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Officials: Harbor needs work

by Candice Miller on November 30, 2010

Lexington attraction’s deteriorating condition causing buildup of sand
Times Herald

LEXINGTON — The wind off Lake Huron cut through winter clothing, but it didn’t stop people from enjoying the walkway surrounding the harbor last week.
Ken Henderson said he walks the harbor every day for the fresh air, peace and quiet.
As he spoke about his daily strolls, a trout jumped out of the water.
“Where’s my pole when I need it?” Henderson said.
While he enjoys the harbor and calls it an integral part of Lexington, he believes it’s in need of attention.
Local officials are trying to garner support from legislators to reconstruct the aging harbor, which is a key draw to the area and carries significant weight on the village’s economic health.
Bill Oldford, a village trustee and chairman of the Lexington Harbor Committee, said the harbor needs reconstruction, a project that would cost about $6.5 million. The cost of building it more than three decades ago was $3.5 million.
A study conducted in 2008 through a state grant resulted in a list of concerns with the deteriorating, outdated
In the study, Guy A. Meadows, professor and director of the University of Michigan’s Marine Hydrodynamics Laboratories, listed problems and their possible solutions.
One of the main concerns was the porous wall allowed sediment to filter into the harbor, filling it with sand at points and rendering it impassable for some vessels while hindering its attraction to boaters.
He said dredging by the U.S. Army Corps of Engineers about every two years isn’t enough. It last was dredged this summer.
The structure also has affected beach property to the north and south of the harbor.
Meadows said in his study the southern property has eroded during the years and, while material dredged from the harbor is reintroduced to the southern beaches, it is too close to the harbor and filters back into it.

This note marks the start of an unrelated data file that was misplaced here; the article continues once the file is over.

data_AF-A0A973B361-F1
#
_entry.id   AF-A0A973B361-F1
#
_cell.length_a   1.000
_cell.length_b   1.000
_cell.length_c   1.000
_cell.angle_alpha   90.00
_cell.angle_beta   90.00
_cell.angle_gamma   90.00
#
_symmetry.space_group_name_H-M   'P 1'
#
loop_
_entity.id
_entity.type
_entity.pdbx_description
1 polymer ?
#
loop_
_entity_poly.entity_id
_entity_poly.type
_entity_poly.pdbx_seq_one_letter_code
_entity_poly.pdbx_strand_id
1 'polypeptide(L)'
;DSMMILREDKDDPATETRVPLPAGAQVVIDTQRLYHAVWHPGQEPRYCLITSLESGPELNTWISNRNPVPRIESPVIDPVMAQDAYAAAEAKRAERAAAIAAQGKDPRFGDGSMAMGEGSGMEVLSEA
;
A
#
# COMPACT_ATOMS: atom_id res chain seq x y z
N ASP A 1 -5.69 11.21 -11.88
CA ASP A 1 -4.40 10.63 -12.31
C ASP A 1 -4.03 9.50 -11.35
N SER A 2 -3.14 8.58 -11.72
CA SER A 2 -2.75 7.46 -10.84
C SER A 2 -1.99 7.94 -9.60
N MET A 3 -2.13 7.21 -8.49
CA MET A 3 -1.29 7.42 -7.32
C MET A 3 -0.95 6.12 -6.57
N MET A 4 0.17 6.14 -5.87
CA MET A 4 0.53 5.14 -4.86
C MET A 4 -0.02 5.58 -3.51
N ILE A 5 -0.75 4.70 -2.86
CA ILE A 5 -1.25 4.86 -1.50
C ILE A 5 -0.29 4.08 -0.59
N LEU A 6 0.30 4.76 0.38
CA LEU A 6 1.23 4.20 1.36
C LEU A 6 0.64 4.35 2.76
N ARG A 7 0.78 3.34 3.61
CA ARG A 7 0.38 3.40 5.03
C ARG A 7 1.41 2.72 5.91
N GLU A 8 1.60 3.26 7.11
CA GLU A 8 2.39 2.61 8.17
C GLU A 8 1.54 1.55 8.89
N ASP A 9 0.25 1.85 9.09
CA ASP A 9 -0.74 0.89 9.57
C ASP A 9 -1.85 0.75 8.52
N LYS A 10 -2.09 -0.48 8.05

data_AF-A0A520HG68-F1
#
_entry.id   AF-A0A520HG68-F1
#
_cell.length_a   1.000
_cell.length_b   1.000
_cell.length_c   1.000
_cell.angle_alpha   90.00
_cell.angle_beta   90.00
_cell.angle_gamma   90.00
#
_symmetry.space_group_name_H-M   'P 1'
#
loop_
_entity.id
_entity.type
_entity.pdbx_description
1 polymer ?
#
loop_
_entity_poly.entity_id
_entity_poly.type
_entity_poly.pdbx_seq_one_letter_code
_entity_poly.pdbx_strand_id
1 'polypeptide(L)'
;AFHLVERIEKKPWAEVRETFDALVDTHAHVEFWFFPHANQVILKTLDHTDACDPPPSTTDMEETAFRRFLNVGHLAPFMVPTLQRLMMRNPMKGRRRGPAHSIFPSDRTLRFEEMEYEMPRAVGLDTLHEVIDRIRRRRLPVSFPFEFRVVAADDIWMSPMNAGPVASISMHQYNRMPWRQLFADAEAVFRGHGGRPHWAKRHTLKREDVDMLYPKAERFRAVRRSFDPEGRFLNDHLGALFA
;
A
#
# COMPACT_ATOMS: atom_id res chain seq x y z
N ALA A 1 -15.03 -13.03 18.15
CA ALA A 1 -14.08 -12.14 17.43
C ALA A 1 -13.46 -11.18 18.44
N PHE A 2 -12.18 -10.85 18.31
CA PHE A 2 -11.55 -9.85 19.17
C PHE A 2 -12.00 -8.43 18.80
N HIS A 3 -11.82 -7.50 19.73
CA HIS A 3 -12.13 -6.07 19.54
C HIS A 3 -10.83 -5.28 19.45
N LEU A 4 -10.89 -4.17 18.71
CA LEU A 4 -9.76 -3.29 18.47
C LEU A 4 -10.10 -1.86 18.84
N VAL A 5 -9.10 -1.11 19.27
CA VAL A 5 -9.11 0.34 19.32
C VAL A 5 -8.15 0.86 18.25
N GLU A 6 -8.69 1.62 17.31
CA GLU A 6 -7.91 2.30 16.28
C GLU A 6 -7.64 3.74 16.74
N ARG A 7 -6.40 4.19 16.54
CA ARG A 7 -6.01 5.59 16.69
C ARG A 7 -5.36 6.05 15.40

It’s also causing large quantities of sand to be built up on the north side of the facility, extending the beach into Lake Huron.
Officials also want to address the walkway atop the harbor walls, a location no longer covered by the safety code.
Oldford said he would like to see the walkway widened, made handicap-accessible and get railings on both sides.
Lexington Trustee Anita Ruffini said she has been in contact with the U.S. Army Corps of Engineers and continually checks with them to voice local officials’ wishes.
Lynn Duerod, Army Corps of Engineers spokeswoman, said any projects must be directed by Congress and receive federal funding. She said nothing is in place for the project to be considered.
Oldford and Ruffini said they are looking to garner support from legislators including U.S. Sen. Debbie Stabenow, U.S. Rep. Candice Miller and U.S. Sen. Carl Levin.
“I will work with the leaders of Lexington to assist them,” Miller told the Times Herald, “with the caveat that the federal government is operating under a deficit. Things are getting much tighter at the federal level.
“I am very aware of how important a harbor like Lexington’s is to the town during the summer months,” she added.
“Sen. Stabenow knows how important Michigan harbors are to our economy and has fought to secure additional resources for our harbors, including Lexington Harbor,” said Stabenow’s spokesman, Matt Williams, in an e-mail. “She is a sponsor of legislation in the Senate to fully fund dredging and structural maintenance projects for harbors and waterways across Michigan.”
Levin could not be reached for comment Monday.

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